Fishermen of the Lamu County, on the Northen coast of Kenya, took to the sea with their dhows to protest against rising tensions between the Kenyan and Somalian authorities, over their long-running maritime border dispute.
Since 2014, Somalia has been asking the UN's International Court of Justice to rule over contested waters of the Indian Ocean.
But with Kenyan representatives refusing to partake in the hearings, negociations seem to have hit a deadlock.
"It is not too late for both countries, Somali and Kenya, to explore other obvious channels including the IGAD, the African Union or even our Elders, who have settled such differences for centuries", says Is’Haq Abubakar, of the Save Lamu movement.
"The people of Lamu and our brothers in Somali have coexisted for centuries and continue to consider the current boundaries simply as colonial lines drawn neither to the interest of Kenya or Somali people" adds Is’Haq Abubakar.
Lamu County livelihoods threatened
The disputed waters who are rich in fish, are crucial to the people of Lamu County. For long they have subsisted thanks to sea.
But with the ongoing dispute, the livelihood of many is threatened.
"I can say if we are losing fishing we can say we are losing fifty percent of our livelihood, because normally our community Lamu is not educated, and in Lamu county we don't have any industry to be invested, so if we lose fishing ground we are totally losing our life" explains Adam Lali Kombo, a fisherman of Kiunga, just kilometers away from the Somalia border.
The waters where these fishermen get their fish are currently administered by Kenya, but Somalian authorities claim they should be included in its territory.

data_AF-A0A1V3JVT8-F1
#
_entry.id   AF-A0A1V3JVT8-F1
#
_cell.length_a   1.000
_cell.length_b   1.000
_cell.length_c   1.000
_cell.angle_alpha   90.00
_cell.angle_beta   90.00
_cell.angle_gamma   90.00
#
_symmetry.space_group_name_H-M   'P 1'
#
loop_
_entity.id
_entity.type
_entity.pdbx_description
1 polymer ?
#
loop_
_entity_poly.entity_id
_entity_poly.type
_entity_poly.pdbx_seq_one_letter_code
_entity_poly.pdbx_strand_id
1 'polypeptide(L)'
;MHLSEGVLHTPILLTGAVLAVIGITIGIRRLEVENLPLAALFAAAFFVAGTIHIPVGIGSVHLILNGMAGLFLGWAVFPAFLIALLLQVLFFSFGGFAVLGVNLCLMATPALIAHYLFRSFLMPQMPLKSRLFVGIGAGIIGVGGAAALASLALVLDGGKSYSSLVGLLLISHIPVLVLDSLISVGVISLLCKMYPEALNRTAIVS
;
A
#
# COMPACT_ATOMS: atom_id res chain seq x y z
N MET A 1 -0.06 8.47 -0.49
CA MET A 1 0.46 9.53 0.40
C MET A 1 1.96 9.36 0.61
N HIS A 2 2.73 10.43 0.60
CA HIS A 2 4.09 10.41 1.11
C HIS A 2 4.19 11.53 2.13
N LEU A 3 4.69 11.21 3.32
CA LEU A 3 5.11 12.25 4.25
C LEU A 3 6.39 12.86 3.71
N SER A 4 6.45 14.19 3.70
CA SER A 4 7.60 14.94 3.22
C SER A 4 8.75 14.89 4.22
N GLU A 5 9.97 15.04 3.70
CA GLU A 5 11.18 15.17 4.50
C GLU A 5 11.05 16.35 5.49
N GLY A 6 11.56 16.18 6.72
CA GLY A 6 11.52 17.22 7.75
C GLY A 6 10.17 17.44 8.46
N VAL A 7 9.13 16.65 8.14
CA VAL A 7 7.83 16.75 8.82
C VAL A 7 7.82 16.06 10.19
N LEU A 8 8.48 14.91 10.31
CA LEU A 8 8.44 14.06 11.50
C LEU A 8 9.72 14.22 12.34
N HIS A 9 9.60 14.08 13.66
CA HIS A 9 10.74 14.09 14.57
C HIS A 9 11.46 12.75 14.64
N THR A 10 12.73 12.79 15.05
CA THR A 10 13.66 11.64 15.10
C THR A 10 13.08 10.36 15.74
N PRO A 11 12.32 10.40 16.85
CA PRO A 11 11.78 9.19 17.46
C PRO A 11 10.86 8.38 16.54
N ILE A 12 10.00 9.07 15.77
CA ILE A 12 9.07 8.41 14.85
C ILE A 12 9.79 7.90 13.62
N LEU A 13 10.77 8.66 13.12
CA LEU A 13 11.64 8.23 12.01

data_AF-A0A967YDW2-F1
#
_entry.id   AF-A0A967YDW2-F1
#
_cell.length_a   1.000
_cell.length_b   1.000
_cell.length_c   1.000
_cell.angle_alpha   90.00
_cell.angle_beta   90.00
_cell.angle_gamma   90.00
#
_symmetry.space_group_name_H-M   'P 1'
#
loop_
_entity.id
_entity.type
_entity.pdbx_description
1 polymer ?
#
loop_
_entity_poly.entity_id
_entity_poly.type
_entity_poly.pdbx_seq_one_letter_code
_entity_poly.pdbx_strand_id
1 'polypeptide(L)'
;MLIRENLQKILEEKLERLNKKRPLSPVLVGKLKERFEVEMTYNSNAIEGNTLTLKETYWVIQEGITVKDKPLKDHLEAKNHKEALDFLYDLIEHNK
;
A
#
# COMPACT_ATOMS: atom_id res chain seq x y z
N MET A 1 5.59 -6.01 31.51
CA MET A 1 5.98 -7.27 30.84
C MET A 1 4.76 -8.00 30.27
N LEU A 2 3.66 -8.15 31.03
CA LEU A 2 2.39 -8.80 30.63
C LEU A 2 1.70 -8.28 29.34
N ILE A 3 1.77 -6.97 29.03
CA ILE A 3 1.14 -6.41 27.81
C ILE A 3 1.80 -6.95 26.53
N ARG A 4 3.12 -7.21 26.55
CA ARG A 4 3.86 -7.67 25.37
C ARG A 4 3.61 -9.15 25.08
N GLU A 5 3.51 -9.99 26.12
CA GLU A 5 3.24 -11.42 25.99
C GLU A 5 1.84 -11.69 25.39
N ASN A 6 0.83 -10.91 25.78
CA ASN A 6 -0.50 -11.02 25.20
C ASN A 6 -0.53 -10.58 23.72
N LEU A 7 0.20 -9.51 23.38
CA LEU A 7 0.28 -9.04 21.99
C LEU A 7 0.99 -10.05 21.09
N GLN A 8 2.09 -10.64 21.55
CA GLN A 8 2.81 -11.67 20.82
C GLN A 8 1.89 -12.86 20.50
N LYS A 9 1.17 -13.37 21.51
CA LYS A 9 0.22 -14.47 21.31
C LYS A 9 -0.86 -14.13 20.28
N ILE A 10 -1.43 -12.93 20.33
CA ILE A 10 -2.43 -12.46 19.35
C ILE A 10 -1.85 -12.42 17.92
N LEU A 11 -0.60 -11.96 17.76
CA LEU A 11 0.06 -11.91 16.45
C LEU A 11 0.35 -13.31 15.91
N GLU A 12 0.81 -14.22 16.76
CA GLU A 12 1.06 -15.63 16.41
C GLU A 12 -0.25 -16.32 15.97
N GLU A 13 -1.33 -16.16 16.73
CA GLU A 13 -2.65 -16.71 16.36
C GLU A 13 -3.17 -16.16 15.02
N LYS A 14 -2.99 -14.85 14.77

Mogadiscio wishes to extend its maritime frontier with Kenya along the line of the land border, in a southeasterly direction.
Kenya, on the other hand, wants the border to remain heading out to sea, in a straight line east, giving it more territory.
Kenyans have reacted on social media with hashtags such as #NotAnInchLess and #ItsOurSea to protest claims from the Somalian government.
The disputed triangle of water that stretches over an area of more than 100,000 square kilometres not only houses many sea life crucial to fishermen on both sides of the border, but might also contain substantial crude oil reserves.
The ICJ proceeds with the hearings
Despite Kenya's absence, the ICJ has decided to proceed with the deposition of Somalian authorities.
ICJ President Joan Donoghue said it regretted Nairobi's refusal to attend the hearings, but added the court would go ahead with hearing Somalia's case, and would use written evidence provided by Kenya instead.
Somalia criticised Kenya's "defiance" of the ICJ, saying it was "inconsistent with the rule of law" and Kenya's commitment to the court.
In an opening statement, Somali official Mahdi Mohammed Gulaid saidKenya "has no grounds to complain about its treatment by the court" after the ICJ granted three previous requests for delays that held up the case by 18 months.
Kenyan prosecutor Kihara Kariuki had earlier said in a letter his country would not be participating because the Covid-19 pandemic had "hampered Kenya's ability to prepare adequately for the hearing."
For the latest developments on the maritime delimitation dispute, click here.
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